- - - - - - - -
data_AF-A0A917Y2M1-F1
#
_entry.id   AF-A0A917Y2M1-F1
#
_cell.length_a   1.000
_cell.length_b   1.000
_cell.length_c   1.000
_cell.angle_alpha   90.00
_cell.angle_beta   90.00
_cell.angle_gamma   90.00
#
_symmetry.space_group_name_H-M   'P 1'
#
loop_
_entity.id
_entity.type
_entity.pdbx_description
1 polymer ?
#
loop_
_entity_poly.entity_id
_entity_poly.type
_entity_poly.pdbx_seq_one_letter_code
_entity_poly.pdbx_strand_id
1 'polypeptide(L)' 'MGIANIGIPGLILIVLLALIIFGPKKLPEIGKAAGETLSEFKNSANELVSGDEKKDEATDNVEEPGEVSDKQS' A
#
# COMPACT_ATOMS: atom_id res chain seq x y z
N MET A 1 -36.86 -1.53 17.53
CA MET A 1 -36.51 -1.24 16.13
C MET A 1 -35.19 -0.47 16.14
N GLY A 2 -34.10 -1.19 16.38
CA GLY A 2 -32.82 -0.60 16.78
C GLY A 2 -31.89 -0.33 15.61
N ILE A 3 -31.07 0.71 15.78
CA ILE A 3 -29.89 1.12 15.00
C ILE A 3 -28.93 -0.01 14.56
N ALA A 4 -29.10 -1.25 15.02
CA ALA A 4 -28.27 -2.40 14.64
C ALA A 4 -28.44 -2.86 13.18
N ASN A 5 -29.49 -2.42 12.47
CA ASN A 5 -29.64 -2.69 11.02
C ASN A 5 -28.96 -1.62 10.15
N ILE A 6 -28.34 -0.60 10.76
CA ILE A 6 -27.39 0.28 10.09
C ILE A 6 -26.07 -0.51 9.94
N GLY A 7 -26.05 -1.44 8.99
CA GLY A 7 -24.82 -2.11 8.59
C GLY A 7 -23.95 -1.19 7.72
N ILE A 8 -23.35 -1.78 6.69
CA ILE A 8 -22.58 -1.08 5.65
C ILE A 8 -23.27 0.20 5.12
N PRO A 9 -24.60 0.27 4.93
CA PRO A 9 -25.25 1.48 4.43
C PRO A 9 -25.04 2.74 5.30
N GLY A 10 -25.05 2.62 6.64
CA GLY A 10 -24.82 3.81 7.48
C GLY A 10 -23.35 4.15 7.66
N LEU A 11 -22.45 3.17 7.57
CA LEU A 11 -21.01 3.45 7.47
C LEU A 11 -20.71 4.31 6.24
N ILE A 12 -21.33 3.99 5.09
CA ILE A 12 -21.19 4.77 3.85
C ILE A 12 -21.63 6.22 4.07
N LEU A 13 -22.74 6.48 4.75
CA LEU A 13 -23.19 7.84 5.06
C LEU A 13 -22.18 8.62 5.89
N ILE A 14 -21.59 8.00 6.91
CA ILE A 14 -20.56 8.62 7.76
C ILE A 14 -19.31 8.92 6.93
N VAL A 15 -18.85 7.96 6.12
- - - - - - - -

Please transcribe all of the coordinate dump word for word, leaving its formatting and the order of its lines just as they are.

data_AF-A0A917Y2M1-F1
#
_entry.id   AF-A0A917Y2M1-F1
#
_cell.length_a   1.000
_cell.length_b   1.000
_cell.length_c   1.000
_cell.angle_alpha   90.00
_cell.angle_beta   90.00
_cell.angle_gamma   90.00
#
_symmetry.space_group_name_H-M   'P 1'
#
loop_
_entity.id
_entity.type
_entity.pdbx_description
1 polymer ?
#
loop_
_entity_poly.entity_id
_entity_poly.type
_entity_poly.pdbx_seq_one_letter_code
_entity_poly.pdbx_strand_id
1 'polypeptide(L)' 'MGIANIGIPGLILIVLLALIIFGPKKLPEIGKAAGETLSEFKNSANELVSGDEKKDEATDNVEEPGEVSDKQS' A
#
# COMPACT_ATOMS: atom_id res chain seq x y z
N MET A 1 -36.86 -1.53 17.53
CA MET A 1 -36.51 -1.24 16.13
C MET A 1 -35.19 -0.47 16.14
N GLY A 2 -34.10 -1.19 16.38
CA GLY A 2 -32.82 -0.60 16.78
C GLY A 2 -31.89 -0.33 15.61
N ILE A 3 -31.07 0.71 15.78
CA ILE A 3 -29.89 1.12 15.00
C ILE A 3 -28.93 -0.01 14.56
N ALA A 4 -29.10 -1.25 15.02
CA ALA A 4 -28.27 -2.40 14.64
C ALA A 4 -28.44 -2.86 13.18
N ASN A 5 -29.49 -2.42 12.47
CA ASN A 5 -29.64 -2.69 11.02
C ASN A 5 -28.96 -1.62 10.15
N ILE A 6 -28.34 -0.60 10.76
CA ILE A 6 -27.39 0.28 10.09
C ILE A 6 -26.07 -0.51 9.94
N GLY A 7 -26.05 -1.44 8.99
CA GLY A 7 -24.82 -2.11 8.59
C GLY A 7 -23.95 -1.19 7.72
N ILE A 8 -23.35 -1.78 6.69
CA ILE A 8 -22.58 -1.08 5.65
C ILE A 8 -23.27 0.20 5.12
N PRO A 9 -24.60 0.27 4.93
CA PRO A 9 -25.25 1.48 4.43
C PRO A 9 -25.04 2.74 5.30
N GLY A 10 -25.05 2.62 6.64
CA GLY A 10 -24.82 3.81 7.48
C GLY A 10 -23.35 4.15 7.66
N LEU A 11 -22.45 3.17 7.57
CA LEU A 11 -21.01 3.45 7.47
C LEU A 11 -20.71 4.31 6.24
N ILE A 12 -21.33 3.99 5.09
CA ILE A 12 -21.19 4.77 3.85
C ILE A 12 -21.63 6.22 4.07
N LEU A 13 -22.74 6.48 4.75
CA LEU A 13 -23.19 7.84 5.06
C LEU A 13 -22.18 8.62 5.89
N ILE A 14 -21.59 8.00 6.91
CA ILE A 14 -20.56 8.62 7.76
C ILE A 14 -19.31 8.92 6.93
N VAL A 15 -18.85 7.96 6.12